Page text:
Top Tips

1. Look at your business plan and decide if you have a competitive advantage. If not, work out how you can make the market understand the unique value your small business has to offer.

2. It is important to make yourself known. It isn’t difficult or expensive to increase awareness about the business. Attend ratepayer meetings, spend time at the local police stations, and attend meetings the police have with residents and businesses in the area. This way people get to know you and respect you and half the battle is won. Networking is the way to go.

3. It’s my experience that bigger companies are reluctant to give security contracts to a company that is a one-man show. Make sure that you have a structure in place. Clients need to know if something happens to you, the business will not fall apart, and the services they have paid for and you have agreed to supply, will not cease. Clients need to understand that besides experience, that you are credible and that all the checks and balances are in place. This must be one of the key selling points.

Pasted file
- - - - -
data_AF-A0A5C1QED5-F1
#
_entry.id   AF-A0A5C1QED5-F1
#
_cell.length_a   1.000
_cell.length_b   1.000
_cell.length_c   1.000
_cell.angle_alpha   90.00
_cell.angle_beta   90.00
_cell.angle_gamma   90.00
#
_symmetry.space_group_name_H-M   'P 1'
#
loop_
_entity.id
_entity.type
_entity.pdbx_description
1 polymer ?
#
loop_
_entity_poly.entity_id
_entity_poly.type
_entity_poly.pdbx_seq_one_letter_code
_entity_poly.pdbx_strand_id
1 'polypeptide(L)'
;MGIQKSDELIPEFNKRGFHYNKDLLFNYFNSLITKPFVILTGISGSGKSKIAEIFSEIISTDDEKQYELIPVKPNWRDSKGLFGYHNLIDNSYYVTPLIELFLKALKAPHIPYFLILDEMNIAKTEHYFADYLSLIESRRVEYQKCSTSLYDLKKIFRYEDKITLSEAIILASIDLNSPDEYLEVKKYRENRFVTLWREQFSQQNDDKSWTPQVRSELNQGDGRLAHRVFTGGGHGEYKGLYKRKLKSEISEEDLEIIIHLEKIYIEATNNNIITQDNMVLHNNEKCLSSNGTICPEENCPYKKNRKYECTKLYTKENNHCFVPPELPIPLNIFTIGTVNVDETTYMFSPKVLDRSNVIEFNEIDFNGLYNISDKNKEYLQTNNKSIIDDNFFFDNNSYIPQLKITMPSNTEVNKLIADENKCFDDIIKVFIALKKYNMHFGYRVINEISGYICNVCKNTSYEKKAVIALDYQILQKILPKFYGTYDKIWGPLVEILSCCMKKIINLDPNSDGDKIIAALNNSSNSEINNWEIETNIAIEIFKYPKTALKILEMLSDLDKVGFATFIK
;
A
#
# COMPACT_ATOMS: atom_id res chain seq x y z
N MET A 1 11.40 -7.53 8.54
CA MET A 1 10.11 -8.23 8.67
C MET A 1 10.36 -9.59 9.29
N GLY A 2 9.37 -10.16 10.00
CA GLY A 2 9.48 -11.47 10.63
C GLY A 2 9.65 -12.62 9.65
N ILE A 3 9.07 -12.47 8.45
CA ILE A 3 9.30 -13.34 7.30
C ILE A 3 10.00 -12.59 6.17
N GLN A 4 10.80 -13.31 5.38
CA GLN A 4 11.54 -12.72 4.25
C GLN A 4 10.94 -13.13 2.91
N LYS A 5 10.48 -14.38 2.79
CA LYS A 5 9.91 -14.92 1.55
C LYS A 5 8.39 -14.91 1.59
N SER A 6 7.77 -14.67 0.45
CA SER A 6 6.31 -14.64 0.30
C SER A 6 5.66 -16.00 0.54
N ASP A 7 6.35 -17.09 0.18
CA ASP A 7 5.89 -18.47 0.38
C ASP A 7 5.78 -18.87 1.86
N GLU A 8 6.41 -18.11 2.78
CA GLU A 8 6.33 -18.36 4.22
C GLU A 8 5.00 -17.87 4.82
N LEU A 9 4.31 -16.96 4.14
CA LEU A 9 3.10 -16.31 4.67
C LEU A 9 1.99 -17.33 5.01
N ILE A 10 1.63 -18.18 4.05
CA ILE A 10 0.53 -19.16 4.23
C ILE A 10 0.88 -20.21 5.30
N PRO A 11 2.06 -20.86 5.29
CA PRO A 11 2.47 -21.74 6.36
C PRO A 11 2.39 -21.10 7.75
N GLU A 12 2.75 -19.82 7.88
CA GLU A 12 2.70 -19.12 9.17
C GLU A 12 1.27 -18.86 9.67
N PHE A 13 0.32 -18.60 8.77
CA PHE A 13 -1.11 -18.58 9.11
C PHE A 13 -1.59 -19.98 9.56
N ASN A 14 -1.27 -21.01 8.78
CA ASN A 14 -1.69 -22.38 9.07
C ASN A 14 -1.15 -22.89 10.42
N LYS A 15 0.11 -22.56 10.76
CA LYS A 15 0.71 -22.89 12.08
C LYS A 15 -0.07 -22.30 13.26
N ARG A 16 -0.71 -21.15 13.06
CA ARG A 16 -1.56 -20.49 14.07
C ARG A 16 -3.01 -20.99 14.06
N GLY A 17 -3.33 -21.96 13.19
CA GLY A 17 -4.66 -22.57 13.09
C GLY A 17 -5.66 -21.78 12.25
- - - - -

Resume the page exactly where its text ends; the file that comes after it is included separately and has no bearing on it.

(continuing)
4. Consider taking on a partner. Choose a partner who has the attributes that you lack. The ideal partner would be one with strong links and contacts in the community that you want to work with. Let your partner control the selling side while you handle areas you’re strong in, such as expertise and service delivery. The other option is to employ sales staff.

5. Stay abreast of new trends in the field, and update your skills. This is something that I strongly believe in. You have to be well rounded in terms of not just being a good businessperson, but you also have to be a people person, a marketing and sales manager and know a good deal about the neighbourhoods you work.

Contact PSIRA:

For more information contact Private Security Regulatory Authority (PSIRA)

Are you new to starting a business? Read 15 Things Every Newbie Needs to Know About Starting a Business